LONDON—Risks of a new COVID-19 hit to economic activity are clobbering expectations for rate hikes next year from the world’s major central banks, a potential setback for the dollar and other currencies where wagers had been most aggressive.
Money markets no longer fully price a 25-basis-point interest rate rise by the Federal Reserve by June 2022, nor are they positioned for a full 10-bps hike from the European Central Bank by the end of 2022, as they were just a few days ago.
And the chances of the Bank of England raising rates next month are seen around 53 percent, from 75 percent on Thursday.
Those shifts come after the detection of a new coronavirus variant in South Africa triggered stricter border controls from several governments, as scientists sought to determine if the mutation was vaccine-resistant.
“While central bank commentary has been focused on upside risks to inflation, this (new COVID-19 variant) highlights that there are significant downside risks and we are in a significant phase of uncertainty for the economy,” said Chris Scicluna, head of economic research at Daiwa.
Rate hike bets slip as new COVID-19 variant rattles markets.
In an echo of the panic that swept markets when COVID-19 was spreading early last year, oil prices slid over 6 percent on Friday, travel industry shares notched up falls of 6 percent or more and two-year U.S. Treasury yields fell 12 bps in their biggest daily drop since March 2020.
Currency traders had been favoring the U.S. dollar and others where rate hike prospects appeared strong, driven by higher inflation and stronger economies.
Now a shake-out appears on the cards.
The dollar index had hit 17-month highs after President Joe Biden said on Monday he would nominate Fed Chairman Jerome Powell to a second term. Then, minutes of the Fed’s Nov. 2–3 meeting showed more policymakers open to speeding up the tapering of asset purchases and raising rates.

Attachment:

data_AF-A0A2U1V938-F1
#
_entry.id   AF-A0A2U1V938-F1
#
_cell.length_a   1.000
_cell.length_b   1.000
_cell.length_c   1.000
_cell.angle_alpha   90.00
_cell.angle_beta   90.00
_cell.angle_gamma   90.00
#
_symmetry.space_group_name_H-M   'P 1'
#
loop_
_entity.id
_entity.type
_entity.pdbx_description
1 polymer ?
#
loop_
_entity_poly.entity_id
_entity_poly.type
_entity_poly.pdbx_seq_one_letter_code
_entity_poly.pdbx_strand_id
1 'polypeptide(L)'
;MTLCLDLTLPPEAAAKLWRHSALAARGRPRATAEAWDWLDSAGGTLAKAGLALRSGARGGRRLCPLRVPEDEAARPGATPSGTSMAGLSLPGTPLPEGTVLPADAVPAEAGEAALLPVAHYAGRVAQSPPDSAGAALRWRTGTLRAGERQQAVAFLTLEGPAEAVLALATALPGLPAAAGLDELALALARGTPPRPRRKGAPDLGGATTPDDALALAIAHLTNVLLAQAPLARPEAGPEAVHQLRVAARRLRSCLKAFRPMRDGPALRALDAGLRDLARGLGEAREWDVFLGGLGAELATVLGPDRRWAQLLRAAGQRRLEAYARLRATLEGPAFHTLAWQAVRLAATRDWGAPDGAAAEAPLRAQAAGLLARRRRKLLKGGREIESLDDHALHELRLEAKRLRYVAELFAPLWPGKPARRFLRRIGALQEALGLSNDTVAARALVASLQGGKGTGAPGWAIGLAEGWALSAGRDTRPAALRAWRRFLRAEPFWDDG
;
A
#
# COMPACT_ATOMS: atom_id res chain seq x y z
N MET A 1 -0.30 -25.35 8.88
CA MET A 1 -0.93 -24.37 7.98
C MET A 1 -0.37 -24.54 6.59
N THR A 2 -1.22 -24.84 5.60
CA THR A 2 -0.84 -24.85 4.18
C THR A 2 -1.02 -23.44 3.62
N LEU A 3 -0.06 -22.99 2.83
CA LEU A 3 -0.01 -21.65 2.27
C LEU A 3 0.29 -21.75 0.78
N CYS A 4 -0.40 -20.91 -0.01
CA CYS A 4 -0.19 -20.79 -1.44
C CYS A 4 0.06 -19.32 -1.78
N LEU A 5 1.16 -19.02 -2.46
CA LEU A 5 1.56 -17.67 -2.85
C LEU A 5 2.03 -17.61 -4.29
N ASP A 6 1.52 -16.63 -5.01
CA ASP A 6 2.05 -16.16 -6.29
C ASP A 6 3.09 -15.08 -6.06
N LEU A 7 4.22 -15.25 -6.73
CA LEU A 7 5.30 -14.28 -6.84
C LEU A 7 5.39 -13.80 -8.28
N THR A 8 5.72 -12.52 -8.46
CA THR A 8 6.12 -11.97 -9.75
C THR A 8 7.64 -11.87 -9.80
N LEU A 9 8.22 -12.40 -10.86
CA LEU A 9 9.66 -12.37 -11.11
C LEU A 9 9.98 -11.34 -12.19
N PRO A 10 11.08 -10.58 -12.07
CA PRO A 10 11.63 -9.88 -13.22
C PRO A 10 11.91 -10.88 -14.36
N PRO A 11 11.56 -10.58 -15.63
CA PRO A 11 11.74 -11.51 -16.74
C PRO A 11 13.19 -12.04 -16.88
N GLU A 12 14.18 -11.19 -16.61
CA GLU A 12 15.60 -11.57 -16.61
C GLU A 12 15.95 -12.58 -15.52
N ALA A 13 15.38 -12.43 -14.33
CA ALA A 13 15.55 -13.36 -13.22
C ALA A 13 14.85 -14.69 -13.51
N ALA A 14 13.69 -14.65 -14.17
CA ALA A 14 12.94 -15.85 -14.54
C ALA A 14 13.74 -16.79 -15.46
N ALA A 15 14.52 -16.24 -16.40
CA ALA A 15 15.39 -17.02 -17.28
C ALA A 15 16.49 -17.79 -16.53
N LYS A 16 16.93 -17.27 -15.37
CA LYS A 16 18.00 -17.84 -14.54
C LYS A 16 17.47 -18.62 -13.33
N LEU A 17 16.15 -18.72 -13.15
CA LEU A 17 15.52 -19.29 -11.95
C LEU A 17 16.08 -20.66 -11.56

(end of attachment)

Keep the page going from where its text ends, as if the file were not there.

So with three 25 basis-point Fed increases factored in for 2022, speculators accumulated a $20 billion “long” position in the dollar, data from the U.S. CFTC showed.
Positioning on yen, Swiss franc and euro meanwhile has been bearish, reflecting the view policy tightening is distant for those countries.
If the new COVID-19 variant has indeed disrupted Fed policy, “the dollar may be a bit more vulnerable than the euro because we are already talking of two-three rate hikes next year from the Fed,” Francesco Pesole, FX strategist at ING Bank said.
The sharp yield drop on 2-year Treasury notes—a bond segment particularly sensitive to interest rate changes—pushed its yield premium over Germany 10 bps lower.
Unsurprisingly, the yen and Swiss franc gained over 1 percent versus the dollar while the euro shot up 0.75 percent in one of its biggest daily jumps of this year.
Some saw the moves as a reality check.
UBS Investment Bank chief economist Arend Kapteyn said while confidence in improving U.S. labor markets could fade if a new variant takes hold, it was still early days in terms of gauging the impact.
But he added that “the market had gotten too far ahead of itself in terms of pricing a shortened taper window and multiple hikes next year”.
COVID-19 in a Time of Inflation
The new variant may also complicate the task for central banks if it worsens the supply chain delays that are partly blamed for stoking inflation.
Britain, where inflation has hit 10-year highs, had some 70 bps of policy-tightening priced by mid-2022, despite a lackluster economic recovery.
But on Friday, sterling fell 0.6 percent against the euro; alongside the Kiwi, Aussie, and Canadian dollars, the pound was most vulnerable to easing rate expectations, MUFG analysts predict.
In Europe, the new strain could strengthen the hand of doves on the ECB’s Governing Council.
While the ECB is expected to wind down its 1.85 trillion euro ($2.08 trillion) pandemic emergency stimulus scheme, Mizuho strategist Peter McCallum now sees a greater chance the program gets extended beyond the March deadline.
That view resonated across southern European bond markets, the program’s biggest beneficiaries. Italy’s 10-year borrowing costs slid under 1 percent, with the biggest daily fall in three weeks.
“They (ECB) were saying that the European situation doesn’t change the PEPP outcome but if there is a new variant requiring new vaccines that surely does change the picture,” said McCallum.
By Dhara Ranasinghe and Yoruk Bahceli